The second page has genestealers aplenty, and the look of these models is going to send Chico finally around the bend! These are lovely, lovely models, and the hybrid numbered 13 was on display at the Foundry last weekend. In truth, the photography cannot replicate the quality of the colours and the painting. You really have to see these models with you own eyes. Note: There are some Confrontation gangers here too, I am not sure if these were on general sale but that can raise a hefty price tag these days in the collecting world. 
The forthcoming Heroquest gets a page to its own. These were (presumably) the metal master casts for the later plastic models. Note: the dwarf, barbarian and skeleton are different sculpts to those that were in the box! Anyone know why? Mike McVey begins to show his mettle with these beautiful models. 
Bloodbowl 'Big 'Uns', Rogue Trader Orks in Heavy Armour and an early Imperial Guard Scout Walker. Random chaos squat thrown in there too, as you do!
More of Pete Taylor's massive chaos collection is chronicled, including more of his conversions. If anyone knows where Peter is these days, please do drop us an email here at Realm of Chaos 80s, as we would love to talk to him about his involvement in the '80s Warhammer Scene!
More of Peter Taylor's stuff, including an in game shot. Yes, that really is five odd Lord of Changes on one battlefield!!
Next time, something rather special. Especially of you are a fan of Gary Chalk's artwork!


Friday, 6 September 2013

The Launch of Marauder Miniatures: An Acceptable in the '80s special

With the Oldhammer Weekend a fading, if pleasant memory, its time to set forth once more on the great journey that is Acceptable in the '80s: Realm of Chaos 80s history of Warhammer Third Edition. So where have we found ourselves?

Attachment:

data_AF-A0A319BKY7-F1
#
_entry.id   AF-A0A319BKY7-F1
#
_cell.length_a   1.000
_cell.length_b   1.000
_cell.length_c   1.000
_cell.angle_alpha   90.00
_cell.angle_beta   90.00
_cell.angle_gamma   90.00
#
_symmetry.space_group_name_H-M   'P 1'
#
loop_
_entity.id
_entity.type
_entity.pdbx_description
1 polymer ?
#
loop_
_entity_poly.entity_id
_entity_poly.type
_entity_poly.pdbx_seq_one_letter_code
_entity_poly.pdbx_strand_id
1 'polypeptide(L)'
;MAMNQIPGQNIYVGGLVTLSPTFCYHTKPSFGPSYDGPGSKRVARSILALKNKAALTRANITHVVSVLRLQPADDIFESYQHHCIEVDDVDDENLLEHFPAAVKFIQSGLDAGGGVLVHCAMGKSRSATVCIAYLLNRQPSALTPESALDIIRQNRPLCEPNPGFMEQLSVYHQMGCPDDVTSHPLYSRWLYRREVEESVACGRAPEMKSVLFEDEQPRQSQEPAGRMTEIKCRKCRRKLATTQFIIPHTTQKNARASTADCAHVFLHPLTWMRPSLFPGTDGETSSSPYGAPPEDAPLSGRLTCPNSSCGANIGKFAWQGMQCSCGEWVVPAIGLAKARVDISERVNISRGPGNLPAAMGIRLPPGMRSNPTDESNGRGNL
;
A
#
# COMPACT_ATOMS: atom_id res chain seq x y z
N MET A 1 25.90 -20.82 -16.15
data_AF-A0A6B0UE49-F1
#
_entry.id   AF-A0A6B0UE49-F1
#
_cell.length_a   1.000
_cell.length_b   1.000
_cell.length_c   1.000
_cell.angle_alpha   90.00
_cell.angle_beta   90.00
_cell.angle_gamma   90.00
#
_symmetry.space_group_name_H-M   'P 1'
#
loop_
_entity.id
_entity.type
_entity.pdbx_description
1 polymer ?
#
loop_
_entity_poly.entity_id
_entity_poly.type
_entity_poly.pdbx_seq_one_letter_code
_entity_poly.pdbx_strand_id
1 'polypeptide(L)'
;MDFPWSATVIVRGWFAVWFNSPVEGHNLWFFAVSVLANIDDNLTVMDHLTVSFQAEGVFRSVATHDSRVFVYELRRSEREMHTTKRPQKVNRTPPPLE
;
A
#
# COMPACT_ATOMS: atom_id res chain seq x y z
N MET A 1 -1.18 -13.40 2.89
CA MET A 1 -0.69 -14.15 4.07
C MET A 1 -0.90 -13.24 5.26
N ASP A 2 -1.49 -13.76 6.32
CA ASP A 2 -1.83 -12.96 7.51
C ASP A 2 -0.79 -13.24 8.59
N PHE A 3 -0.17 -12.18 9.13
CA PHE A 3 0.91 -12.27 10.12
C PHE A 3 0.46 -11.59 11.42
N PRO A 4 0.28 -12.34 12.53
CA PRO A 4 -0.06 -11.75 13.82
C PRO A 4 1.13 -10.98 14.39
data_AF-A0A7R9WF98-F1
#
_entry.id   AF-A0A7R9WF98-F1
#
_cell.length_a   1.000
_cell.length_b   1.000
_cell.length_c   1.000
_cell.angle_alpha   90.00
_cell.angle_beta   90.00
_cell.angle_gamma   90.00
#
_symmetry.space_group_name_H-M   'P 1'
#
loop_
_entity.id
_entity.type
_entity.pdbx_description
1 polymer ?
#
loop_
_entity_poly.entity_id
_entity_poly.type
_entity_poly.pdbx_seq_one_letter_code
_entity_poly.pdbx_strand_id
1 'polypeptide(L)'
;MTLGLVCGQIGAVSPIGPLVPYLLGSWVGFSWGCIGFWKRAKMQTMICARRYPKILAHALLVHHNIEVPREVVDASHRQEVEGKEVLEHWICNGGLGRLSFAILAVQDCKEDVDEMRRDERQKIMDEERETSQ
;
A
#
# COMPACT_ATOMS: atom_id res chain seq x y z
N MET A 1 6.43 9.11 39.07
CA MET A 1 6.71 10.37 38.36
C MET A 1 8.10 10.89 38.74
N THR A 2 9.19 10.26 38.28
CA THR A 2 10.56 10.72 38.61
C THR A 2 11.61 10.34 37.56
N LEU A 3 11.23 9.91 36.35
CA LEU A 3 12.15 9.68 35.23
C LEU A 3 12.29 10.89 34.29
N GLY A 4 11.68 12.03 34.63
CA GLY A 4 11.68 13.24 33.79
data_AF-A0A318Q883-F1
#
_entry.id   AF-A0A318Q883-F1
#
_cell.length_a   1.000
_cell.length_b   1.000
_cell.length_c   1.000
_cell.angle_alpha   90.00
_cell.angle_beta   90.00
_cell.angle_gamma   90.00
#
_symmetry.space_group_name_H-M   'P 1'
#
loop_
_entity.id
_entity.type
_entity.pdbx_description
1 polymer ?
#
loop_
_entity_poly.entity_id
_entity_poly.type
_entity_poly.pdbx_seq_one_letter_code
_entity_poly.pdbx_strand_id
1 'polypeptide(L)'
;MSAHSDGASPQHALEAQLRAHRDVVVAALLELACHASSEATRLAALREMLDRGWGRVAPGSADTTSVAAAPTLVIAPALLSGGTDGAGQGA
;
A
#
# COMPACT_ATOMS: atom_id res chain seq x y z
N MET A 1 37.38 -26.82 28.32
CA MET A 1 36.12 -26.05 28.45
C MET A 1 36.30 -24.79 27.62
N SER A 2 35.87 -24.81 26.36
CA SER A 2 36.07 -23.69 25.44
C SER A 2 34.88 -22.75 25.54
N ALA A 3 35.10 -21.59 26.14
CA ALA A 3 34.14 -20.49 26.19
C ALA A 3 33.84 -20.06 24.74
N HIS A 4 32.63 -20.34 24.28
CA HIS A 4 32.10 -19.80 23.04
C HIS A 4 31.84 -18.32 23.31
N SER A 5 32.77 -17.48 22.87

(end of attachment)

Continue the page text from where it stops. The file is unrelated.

The answer to that is issue 113 of White Dwarf, pictured above, and an issue made famous by the release of a certain board game called Space Hulk! Anyone heard of it? It has also got within its yellowing pages a number of important articles relating to the history of Warhammer Third Edition. The first of these are the initial releases for Marauder Miniatures, and it is these that we shall be discussing today. 

Interestingly, the story of Marauder doesn't start with these releases. The new brand was launched quite a few months previously in White Dwarf 106 (I think! I don't have much of my collection at the moment, and this date is off the top of my head, so comment if I am wrong and I will change the offending numbers) and was mentioned as part of culture shock. A suitably '80s photograph of Aly and Trish was published along with the artwork for the blister packs.

Check it out below. 

Further detail was given about the new miniatures company later on in the article. Explaining how Aly and Trish had decided the time was right for them to go into business themselves and that exciting new models would be in games shops in the near future. Read on to view what was published at the time.